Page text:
– The Ministry of Economy’s focus in the field of electricity / energy is the decarbonisation of electricity production. We want to implement this process by developing new capacities for the production of electricity from renewable sources in two directions. The first direction is the development of so-called “large production facilities” such as the Gvozd Wind Park and the Briska Gora Solar Plant. In addition to these two projects, a tender process is underway for the selection of a lessee of state-owned land for the construction of a wind farm at the Brajići site, and by the end of this year or during the first quarter of next year we plan to announce a tender for another significant solar power plant in the location of Velje brdo, in the immediate vicinity of Podgorica. What will be particularly significant in the coming year is the completion of preparations for technical documentation that will serve as the basis for both tenders for the construction of HPP Komarnica.
The second direction in which we want to implement the production decarbonisation process is towards supporting citizens and small and medium-sized enterprises in the installing of their own production capacities at their own facilities, where they would generate electricity for their needs, through a process of exchange at the point of connection.
Under conditions of transition, small and open economic systems like Montenegro’s change their economic structure intensively
The issue of the construction of small hydroelectric power plants has become an important issue, and one could say a political issue, almost everywhere in the region. What is your stance on this?
– The policy of the Government of Montenegro to date has, through the legislative framework, enabled and promoted the launching of the most significant investment activity in the segment of electricity generation to occur in the last almost four decades. Alongside the emphasis on constructing energy facilities, a special dimension of most successfully implemented projects is represented by examples of socially responsible behaviour among investors, as proven via the implementation of a series of projects that are of interest to local communities. However, in addition to these examples, locals expressed their disagreement with the idea of using waterways for the construction of small hydro plants in a certain number of cases.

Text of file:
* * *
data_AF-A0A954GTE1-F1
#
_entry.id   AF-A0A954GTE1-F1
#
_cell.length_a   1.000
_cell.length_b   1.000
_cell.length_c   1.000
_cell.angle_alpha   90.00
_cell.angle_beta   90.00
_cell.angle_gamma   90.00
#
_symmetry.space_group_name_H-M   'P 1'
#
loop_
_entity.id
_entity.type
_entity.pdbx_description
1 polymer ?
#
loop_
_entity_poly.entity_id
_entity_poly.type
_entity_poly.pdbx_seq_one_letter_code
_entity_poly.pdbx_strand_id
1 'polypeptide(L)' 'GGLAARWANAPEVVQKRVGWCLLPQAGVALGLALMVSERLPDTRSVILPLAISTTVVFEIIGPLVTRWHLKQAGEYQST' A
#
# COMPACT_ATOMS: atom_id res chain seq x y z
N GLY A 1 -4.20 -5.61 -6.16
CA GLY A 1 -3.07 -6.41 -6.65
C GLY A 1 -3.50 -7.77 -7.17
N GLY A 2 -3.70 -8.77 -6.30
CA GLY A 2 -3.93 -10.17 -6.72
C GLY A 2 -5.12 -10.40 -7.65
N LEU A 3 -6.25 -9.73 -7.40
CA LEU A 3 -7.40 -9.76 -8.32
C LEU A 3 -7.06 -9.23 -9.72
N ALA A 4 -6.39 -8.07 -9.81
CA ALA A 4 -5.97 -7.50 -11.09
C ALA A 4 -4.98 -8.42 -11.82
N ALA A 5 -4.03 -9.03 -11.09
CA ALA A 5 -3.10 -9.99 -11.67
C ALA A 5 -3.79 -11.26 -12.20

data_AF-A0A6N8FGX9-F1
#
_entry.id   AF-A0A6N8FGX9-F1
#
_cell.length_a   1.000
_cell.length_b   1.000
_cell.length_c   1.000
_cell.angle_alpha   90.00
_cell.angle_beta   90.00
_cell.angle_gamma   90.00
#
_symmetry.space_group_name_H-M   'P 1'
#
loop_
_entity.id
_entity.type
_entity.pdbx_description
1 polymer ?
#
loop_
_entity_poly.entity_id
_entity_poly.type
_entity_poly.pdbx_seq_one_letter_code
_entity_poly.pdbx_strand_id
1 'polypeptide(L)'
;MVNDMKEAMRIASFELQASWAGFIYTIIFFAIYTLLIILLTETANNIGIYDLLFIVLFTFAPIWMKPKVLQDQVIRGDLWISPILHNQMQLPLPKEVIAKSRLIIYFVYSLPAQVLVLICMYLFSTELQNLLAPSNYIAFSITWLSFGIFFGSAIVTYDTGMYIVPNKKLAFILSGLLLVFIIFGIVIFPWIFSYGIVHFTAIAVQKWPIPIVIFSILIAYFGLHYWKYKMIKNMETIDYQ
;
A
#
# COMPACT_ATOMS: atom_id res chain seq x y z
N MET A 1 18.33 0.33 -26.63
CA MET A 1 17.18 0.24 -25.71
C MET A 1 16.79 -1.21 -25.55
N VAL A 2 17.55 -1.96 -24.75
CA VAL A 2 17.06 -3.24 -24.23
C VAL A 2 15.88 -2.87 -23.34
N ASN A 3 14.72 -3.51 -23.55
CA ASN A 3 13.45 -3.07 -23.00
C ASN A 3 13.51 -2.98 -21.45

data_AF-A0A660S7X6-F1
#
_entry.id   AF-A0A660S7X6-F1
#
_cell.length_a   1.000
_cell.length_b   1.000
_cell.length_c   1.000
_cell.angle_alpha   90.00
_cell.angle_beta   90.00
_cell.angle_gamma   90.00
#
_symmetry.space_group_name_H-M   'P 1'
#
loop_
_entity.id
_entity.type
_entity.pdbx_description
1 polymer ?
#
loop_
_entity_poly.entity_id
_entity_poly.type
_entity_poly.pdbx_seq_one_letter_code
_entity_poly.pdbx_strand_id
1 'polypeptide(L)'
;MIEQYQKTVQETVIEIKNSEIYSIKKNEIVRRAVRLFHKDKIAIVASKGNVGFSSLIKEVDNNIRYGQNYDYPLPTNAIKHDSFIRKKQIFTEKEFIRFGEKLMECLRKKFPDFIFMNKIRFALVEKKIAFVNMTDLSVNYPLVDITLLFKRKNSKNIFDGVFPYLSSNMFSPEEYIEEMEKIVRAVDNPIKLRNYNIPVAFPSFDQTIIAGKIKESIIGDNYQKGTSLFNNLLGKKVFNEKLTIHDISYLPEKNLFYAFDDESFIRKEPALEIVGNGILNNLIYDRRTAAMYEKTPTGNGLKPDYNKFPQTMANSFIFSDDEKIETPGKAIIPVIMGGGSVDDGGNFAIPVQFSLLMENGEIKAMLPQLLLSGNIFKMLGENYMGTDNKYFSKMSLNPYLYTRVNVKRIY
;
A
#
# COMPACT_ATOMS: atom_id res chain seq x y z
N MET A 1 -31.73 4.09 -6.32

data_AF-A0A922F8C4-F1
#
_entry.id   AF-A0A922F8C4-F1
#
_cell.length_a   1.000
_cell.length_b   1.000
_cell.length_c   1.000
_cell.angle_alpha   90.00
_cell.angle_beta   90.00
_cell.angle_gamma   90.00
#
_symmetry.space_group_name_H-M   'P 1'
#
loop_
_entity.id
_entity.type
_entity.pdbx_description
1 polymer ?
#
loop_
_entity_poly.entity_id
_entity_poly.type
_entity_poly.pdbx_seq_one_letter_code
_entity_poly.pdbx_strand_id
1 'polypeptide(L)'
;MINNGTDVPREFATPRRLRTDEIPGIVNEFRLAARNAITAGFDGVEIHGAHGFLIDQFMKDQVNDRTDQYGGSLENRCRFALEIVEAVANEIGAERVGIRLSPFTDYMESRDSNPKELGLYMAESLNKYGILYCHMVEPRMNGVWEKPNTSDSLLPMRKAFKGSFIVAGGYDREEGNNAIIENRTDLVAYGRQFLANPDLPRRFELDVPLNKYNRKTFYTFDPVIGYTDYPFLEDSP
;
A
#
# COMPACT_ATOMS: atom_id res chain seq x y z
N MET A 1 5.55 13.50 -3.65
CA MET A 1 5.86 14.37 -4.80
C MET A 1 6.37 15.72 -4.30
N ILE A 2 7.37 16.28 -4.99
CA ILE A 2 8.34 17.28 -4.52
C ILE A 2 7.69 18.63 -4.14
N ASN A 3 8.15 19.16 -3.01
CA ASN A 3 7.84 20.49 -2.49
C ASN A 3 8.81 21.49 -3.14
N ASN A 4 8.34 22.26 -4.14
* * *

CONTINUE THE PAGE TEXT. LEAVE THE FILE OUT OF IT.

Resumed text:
As we have pointed out on numerous occasions, the programme of incentives for the production of electricity from renewable sources has undoubtedly enabled a new wave of investment in electricity generation. In certain cases, this development concept would fall short of its goal – and that is to improve quality of life and the development of local communities, which cannot unfold in separation from the preservation of the unique nature and healthy environment of these localities.
The opposition to the construction of individual facilities among local residents is in direct conflict with the basic idea of the incentives programme for production from renewable sources – raising the quality of life and directly benefiting the local population. In accordance with basic principles in terms of improving the quality of life and developing local communities, taking care to preserve the unique nature and healthy environment, the Government of Montenegro – after considering the results of the pre-existing programme for encouraging the production of electricity from renewable sources, as well as the initial results of construction projects without financial incentives – suspended until further notice the issuance of energy permits for the construction of small hydro plants, as well as the calling of tenders for awarding concessions for the construction of small hydro plants, as of 31st December 2018.